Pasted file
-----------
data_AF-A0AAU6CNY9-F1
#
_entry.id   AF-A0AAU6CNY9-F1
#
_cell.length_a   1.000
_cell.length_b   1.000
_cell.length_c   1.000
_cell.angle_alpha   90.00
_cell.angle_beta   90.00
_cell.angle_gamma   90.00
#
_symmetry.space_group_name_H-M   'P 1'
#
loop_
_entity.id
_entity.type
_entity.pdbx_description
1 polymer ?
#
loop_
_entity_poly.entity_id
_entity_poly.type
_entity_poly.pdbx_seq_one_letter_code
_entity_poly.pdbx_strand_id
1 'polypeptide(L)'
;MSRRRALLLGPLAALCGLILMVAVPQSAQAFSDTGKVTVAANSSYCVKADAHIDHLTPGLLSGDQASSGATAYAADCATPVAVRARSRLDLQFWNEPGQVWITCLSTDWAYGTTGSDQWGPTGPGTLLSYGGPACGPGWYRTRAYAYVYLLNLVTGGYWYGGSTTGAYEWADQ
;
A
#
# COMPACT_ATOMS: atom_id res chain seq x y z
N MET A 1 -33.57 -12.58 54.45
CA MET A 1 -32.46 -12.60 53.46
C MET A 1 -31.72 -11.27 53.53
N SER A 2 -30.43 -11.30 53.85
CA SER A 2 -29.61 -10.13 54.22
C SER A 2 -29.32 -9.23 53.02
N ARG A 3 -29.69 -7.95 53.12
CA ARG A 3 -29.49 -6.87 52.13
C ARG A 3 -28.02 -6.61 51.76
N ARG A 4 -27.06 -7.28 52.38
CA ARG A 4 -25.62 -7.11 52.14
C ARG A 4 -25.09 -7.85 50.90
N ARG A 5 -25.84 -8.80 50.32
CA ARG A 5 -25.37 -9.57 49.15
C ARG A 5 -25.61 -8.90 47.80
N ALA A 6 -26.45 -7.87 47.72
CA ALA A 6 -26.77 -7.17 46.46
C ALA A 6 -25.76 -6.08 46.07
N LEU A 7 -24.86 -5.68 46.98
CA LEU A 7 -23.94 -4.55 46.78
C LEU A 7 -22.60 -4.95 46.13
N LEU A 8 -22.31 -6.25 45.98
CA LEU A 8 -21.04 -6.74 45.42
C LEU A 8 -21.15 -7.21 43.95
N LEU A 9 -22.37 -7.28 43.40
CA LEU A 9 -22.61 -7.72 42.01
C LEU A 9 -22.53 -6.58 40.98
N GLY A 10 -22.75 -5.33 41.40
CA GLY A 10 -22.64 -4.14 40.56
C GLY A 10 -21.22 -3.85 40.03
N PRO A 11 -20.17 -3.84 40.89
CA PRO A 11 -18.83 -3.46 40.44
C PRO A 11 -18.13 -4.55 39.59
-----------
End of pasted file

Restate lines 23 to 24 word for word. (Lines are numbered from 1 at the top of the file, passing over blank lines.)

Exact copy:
_entity_poly.pdbx_seq_one_letter_code
_entity_poly.pdbx_strand_id